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How Four Senators Came Together To Write Compromise Gun Bill

One day after the mass shooting of 19 children and two teachers in Texas, Sen. Kyrsten Sinema (D-AZ) held a rare off-the-cuff press gaggle where she vowed to talk to Republicans about a gun safety deal. Then, knowing that his centrist colleague rarely talks to the Capitol press corps, Sen. Chris Murphy (D-CT) quickly got in touch with Sinema after seeing her declare interest in an ever-elusive consensus on guns. Within an hour, Murphy and Sinema met, Politico reports. They convened a day later with Sens. John Cornyn (R-TX) and Thom Tillis (R-NC), two Republicans recommended by Minority Leader Mitch McConnell (R-KY). “And that’s how it started,” Sinema said, summing up the sequence of events: “Not very dramatic, is it?” The formation of the four-senator negotiating group was the most important moment in the gun safety talks. After years of failed gun negotiations, the personalities and policy profiles of the foursome proved critical to success in a 50-50 Senate where progress is unusually swayed by “gangs” of aspiring dealmakers. As a quartet, they’ve proved to their colleagues that a deal supported by both gun control activists and conservative Republicans is achievable. Though crafting the framework was arduous — requiring Democrats to narrow their focus and Republicans to get a bit out of their comfort zone — they’re now delving into the challenging task of writing the bill's text.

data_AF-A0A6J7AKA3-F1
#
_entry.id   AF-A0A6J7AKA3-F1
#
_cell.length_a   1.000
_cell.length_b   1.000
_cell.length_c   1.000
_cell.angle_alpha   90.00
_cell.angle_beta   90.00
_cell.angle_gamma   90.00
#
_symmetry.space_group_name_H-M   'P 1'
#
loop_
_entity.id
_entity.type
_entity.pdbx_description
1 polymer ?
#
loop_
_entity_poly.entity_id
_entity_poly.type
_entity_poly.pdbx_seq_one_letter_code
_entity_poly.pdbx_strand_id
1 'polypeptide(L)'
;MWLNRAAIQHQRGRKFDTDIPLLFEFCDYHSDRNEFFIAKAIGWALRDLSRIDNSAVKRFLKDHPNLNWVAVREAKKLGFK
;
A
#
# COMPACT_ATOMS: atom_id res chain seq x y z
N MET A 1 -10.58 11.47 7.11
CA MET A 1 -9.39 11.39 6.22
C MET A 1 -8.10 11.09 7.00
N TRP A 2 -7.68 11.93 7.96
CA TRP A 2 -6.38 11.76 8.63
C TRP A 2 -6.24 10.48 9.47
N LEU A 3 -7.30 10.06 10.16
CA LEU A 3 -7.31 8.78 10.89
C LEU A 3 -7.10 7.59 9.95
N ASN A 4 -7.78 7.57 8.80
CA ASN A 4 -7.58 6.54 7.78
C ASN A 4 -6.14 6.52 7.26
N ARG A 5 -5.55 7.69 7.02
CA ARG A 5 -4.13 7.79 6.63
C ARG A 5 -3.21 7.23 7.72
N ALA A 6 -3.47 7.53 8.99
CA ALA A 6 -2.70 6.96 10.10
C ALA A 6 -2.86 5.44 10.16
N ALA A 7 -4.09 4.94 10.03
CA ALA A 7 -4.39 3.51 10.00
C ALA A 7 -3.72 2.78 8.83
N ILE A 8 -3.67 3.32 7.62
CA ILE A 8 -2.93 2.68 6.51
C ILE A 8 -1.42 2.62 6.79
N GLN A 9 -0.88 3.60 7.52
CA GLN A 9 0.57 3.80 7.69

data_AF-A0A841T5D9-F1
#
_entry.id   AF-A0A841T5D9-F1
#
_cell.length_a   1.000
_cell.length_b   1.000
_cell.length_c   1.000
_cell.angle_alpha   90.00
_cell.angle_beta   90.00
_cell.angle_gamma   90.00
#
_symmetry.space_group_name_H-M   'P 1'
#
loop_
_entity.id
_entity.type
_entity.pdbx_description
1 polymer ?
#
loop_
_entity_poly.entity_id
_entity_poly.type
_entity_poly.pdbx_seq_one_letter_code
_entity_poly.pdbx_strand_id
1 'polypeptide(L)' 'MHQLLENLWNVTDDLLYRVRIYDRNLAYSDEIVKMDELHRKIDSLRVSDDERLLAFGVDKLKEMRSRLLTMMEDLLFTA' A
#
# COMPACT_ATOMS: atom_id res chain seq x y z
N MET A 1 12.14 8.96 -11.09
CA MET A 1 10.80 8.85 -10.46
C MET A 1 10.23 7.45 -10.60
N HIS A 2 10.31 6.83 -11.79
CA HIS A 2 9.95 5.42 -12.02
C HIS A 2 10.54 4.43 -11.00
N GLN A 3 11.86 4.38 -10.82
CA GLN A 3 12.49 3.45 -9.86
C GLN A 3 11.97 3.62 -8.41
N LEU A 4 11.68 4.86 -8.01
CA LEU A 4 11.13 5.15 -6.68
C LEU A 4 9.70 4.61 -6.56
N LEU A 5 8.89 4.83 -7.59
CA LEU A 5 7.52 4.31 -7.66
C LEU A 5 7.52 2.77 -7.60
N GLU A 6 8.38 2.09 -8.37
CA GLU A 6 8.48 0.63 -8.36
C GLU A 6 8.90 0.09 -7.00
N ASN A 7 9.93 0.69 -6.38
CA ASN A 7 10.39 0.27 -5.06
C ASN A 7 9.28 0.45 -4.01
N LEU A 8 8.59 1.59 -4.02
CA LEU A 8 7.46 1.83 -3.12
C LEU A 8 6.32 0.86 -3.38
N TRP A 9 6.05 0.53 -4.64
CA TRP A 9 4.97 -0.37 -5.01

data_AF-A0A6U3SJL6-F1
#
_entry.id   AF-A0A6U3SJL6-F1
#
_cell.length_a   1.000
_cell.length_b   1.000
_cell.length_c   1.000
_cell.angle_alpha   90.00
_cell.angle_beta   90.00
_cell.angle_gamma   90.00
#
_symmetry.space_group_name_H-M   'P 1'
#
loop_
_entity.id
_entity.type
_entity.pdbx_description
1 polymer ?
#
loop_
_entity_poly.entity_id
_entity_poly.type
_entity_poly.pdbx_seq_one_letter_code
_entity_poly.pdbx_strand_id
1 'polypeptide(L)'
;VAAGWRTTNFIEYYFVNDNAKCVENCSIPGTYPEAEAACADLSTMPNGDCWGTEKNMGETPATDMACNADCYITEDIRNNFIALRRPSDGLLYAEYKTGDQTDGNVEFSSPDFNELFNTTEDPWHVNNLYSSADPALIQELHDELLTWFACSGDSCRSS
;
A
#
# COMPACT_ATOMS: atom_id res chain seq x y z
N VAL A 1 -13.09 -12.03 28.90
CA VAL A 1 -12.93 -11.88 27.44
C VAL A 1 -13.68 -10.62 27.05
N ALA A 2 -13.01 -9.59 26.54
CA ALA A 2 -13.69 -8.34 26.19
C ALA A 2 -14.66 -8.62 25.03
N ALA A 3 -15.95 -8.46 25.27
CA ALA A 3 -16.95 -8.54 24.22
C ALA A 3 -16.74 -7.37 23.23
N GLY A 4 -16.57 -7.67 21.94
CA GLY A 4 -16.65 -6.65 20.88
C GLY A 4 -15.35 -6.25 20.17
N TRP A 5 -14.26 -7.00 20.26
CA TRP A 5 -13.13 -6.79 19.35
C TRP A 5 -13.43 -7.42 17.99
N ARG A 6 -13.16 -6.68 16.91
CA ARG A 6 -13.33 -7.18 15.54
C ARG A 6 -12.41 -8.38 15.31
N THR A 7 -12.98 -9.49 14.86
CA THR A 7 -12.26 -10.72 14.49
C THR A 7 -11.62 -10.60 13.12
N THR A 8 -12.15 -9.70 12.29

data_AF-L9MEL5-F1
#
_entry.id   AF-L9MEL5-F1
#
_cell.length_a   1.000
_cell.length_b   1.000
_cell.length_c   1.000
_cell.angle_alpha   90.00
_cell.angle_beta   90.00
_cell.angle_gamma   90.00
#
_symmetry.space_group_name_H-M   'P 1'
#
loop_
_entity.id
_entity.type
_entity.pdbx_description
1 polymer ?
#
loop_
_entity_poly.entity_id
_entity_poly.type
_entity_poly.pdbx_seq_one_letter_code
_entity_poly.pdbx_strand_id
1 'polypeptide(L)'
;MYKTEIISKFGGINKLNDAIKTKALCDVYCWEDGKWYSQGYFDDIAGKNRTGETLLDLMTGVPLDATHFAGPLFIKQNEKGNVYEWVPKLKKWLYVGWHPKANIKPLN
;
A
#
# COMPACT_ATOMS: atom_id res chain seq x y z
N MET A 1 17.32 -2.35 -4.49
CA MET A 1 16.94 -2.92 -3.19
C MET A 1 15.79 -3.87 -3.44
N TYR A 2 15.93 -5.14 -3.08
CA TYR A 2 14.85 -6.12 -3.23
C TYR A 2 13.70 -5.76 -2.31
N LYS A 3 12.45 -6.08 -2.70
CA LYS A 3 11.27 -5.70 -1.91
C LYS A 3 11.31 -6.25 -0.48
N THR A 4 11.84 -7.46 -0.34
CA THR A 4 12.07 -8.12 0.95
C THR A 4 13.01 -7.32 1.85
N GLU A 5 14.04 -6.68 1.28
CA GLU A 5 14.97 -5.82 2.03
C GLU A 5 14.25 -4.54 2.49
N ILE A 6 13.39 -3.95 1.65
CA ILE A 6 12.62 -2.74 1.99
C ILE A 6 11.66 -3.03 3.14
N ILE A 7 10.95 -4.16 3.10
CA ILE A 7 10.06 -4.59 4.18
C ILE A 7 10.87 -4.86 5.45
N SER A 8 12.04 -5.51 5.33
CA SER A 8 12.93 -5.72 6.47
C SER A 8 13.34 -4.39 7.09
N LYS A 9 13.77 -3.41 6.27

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A daily report co-sponsored by Arizona State University, Criminal Justice Journalists, and the National Criminal Justice Association

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